Front-line workers give drug users 'clean drugs' to battle spike in opioid overdoses
'We're resuscitating people at a rate of about 4 per day,' Ottawa doctor says of spike in cases
Workers on the front lines of Ottawa's opioid crisis say allowing drug users to consume drugs at supervised injection sites is not enough to prevent overdose deaths — so they are going one step further.
Ottawa Inner City Health began providing a small group of users with "clean" drugs in September following a rapid rise in the number of overdoses from street drugs contaminated with fentanyl over the summer.
"They're bringing in drugs that are laced with fentanyl, so the thought would be, if we're going to have supervised safe drug injection sites, why would we allow them to still inject poison?" said Dr. Jeff Turnbull, the chief physician for Ottawa Inner City Health, which provides health care to the homeless.
"Why would we not allow them to inject pharmaceutical-grade medications?"
Seven patients began receiving a combination of oral and intravenous doses of the painkiller hydromorphone, or Dilaudid, last month, and Turnbull wants to increase that to 40 users over the next month.
Turnbull said the number of overdoses in Ottawa was four cases a month in June. Now it has risen to four a day, he said.
"We've seen a dramatic change over the last three or four months," he said. "We've had many deaths. So our job right now, what we're struggling to do, is just keep people alive."
Targeting high-risk users
This is the first time outside of Vancouver, often seen as ground zero in Canada's opioid epidemic, that drug users have been given pharmaceutical-grade drugs to replace what they buy on the street.
The patients are given doses in an effort to stabilize their addiction.
The goal is for drug users to focus on other problems, such as mental health, and eventually lower the dose, or move to a methadone treatment program.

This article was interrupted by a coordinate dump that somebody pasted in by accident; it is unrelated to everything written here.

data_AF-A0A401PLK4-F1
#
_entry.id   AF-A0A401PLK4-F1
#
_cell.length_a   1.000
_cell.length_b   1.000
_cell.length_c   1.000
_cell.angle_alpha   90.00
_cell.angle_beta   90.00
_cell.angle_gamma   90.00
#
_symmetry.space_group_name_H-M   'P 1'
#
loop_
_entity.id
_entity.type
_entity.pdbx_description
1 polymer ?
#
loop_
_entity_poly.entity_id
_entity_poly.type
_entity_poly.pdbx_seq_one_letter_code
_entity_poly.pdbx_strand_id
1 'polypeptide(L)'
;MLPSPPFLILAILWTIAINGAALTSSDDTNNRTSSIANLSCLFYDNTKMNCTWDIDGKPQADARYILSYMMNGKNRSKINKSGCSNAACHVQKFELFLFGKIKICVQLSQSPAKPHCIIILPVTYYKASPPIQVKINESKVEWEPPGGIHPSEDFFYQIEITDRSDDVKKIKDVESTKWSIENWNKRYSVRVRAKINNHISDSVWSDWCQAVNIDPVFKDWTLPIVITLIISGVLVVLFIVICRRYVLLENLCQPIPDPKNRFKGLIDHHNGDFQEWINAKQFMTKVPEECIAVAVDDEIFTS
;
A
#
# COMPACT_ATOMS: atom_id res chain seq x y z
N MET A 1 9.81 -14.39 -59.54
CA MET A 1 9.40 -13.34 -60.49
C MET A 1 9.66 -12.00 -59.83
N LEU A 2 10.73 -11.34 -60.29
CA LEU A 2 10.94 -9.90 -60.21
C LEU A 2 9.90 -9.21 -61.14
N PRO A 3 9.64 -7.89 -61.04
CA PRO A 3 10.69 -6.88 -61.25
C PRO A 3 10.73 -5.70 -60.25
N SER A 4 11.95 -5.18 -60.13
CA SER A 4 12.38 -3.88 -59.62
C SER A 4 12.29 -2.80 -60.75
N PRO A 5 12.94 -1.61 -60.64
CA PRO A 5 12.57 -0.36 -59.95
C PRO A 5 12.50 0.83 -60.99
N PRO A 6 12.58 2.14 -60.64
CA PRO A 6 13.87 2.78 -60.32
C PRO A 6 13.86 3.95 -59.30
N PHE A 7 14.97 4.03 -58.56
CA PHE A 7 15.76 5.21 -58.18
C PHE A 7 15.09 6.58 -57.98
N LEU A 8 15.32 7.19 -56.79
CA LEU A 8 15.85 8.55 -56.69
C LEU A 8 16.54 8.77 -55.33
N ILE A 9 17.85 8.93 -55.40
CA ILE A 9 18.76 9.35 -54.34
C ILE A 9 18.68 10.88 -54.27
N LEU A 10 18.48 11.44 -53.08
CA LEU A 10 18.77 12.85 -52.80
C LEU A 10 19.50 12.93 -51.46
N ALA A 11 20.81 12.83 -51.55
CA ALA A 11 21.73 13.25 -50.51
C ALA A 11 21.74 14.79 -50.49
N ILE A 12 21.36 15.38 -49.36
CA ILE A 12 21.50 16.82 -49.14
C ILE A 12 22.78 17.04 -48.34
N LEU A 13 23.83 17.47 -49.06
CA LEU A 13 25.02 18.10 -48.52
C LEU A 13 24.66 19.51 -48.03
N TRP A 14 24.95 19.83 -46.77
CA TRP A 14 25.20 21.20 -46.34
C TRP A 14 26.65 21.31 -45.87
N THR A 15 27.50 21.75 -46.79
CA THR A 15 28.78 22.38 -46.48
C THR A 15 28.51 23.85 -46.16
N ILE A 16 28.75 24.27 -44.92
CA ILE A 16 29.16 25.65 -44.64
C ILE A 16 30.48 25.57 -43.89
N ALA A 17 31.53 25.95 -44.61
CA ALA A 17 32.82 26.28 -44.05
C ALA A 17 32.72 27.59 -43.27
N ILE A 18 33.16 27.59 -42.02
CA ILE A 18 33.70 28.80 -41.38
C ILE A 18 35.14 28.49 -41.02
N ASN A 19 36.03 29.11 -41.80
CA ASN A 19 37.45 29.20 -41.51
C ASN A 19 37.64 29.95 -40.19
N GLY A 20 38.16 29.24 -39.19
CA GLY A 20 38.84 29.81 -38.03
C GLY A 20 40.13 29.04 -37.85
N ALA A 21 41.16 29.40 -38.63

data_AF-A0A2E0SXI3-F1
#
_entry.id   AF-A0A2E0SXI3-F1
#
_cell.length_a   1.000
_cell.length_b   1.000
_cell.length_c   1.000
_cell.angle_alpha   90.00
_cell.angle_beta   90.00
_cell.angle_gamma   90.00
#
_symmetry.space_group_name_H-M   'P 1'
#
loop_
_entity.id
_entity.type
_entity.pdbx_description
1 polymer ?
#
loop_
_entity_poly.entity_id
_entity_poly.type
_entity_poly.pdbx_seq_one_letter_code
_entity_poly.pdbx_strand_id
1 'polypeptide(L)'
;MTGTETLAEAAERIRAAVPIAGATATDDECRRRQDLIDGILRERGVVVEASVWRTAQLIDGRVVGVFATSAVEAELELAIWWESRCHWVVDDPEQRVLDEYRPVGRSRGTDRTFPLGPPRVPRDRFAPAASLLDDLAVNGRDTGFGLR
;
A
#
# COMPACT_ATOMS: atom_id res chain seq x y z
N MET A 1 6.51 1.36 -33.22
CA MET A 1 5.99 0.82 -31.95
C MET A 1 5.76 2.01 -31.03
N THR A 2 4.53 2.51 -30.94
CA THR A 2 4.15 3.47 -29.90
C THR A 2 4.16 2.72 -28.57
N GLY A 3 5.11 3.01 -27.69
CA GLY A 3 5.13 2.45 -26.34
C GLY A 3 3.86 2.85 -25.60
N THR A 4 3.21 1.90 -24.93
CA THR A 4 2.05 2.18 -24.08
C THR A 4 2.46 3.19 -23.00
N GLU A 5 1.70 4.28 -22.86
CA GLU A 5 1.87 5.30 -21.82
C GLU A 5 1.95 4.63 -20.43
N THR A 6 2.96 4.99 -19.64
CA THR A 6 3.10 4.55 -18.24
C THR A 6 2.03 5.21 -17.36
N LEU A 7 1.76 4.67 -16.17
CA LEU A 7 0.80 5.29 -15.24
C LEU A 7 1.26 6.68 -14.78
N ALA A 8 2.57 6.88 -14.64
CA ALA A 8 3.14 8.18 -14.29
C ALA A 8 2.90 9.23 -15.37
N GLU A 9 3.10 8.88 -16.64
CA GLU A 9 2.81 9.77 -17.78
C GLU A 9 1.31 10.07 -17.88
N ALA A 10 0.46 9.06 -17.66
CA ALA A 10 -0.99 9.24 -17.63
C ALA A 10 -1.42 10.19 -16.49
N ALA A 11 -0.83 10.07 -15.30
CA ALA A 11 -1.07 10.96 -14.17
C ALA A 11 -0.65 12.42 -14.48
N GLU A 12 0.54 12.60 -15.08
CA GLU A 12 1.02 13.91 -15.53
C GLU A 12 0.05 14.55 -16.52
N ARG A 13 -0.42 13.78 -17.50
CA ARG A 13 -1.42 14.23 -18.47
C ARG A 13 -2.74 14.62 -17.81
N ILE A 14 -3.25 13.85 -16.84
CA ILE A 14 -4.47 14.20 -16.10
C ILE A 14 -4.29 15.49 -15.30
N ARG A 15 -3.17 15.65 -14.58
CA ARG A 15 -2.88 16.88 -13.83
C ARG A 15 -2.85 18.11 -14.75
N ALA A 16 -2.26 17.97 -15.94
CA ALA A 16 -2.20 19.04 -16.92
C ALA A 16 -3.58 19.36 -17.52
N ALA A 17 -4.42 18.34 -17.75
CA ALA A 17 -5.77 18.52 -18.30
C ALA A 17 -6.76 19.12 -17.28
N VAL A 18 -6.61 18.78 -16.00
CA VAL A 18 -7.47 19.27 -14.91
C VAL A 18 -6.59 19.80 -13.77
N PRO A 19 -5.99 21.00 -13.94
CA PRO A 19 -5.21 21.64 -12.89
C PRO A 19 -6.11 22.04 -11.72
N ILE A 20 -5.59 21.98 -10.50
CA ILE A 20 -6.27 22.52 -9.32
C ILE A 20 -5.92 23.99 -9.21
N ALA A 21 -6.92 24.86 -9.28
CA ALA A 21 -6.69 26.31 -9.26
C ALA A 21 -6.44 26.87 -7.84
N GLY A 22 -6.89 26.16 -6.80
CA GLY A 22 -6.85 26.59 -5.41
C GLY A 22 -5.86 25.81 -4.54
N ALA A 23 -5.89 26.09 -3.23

The new federal health minister, Ginette Petitpas Taylor, recently told CBC News she is working to make it easier for physicians to prescribe methadone, a synthetic opioid used to help people taper off their use of heroin and other opioids.
Turnbull said the patients he wants to have in his program would already have failed treatment programs using methadone or Suboxone, another drug used to treat opioid addiction.
"It would just be for those very select group of individuals who have failed those other treatment programs, and are at highest risk of death," he said.
The program isn't without hurdles, including a need for more staff and funding.
"Some of it we're paying for out of donations. We're just trying to scrape together whatever we can scrape together to make it happen," said Wendy Muckle, the executive director of Ottawa Inner City Health.
She estimates the cost to run the larger program for 40 drug users would be an estimated $400,000 annually.
Muckle has submitted a funding proposal to the local area health network.
"Our organization is in crisis because of this crisis. All available manpower, all available funding, all the resources are coming to deal with this," Muckle said. "The programs that are not directly involved in this are somewhat neglected right now."
Earlier this month, British Columbia released the province's first set of guidelines for prescribing injectable treatments for opioid addiction.
Turnbull is working with the College of Physicians and Surgeons of Ontario to create similar guidelines for the province.
"This is obviously new and it's challenging for all of us. It's not what I thought I would end up doing. But this is where I need to be to serve these individuals," he said.
Although Ottawa may be the first city outside of Vancouver to give opioids to drug users, Turnbull said other cities in Canada will shortly follow suit.
"Everybody is thinking about it," he said. "I can tell you there will be many other people not too far behind."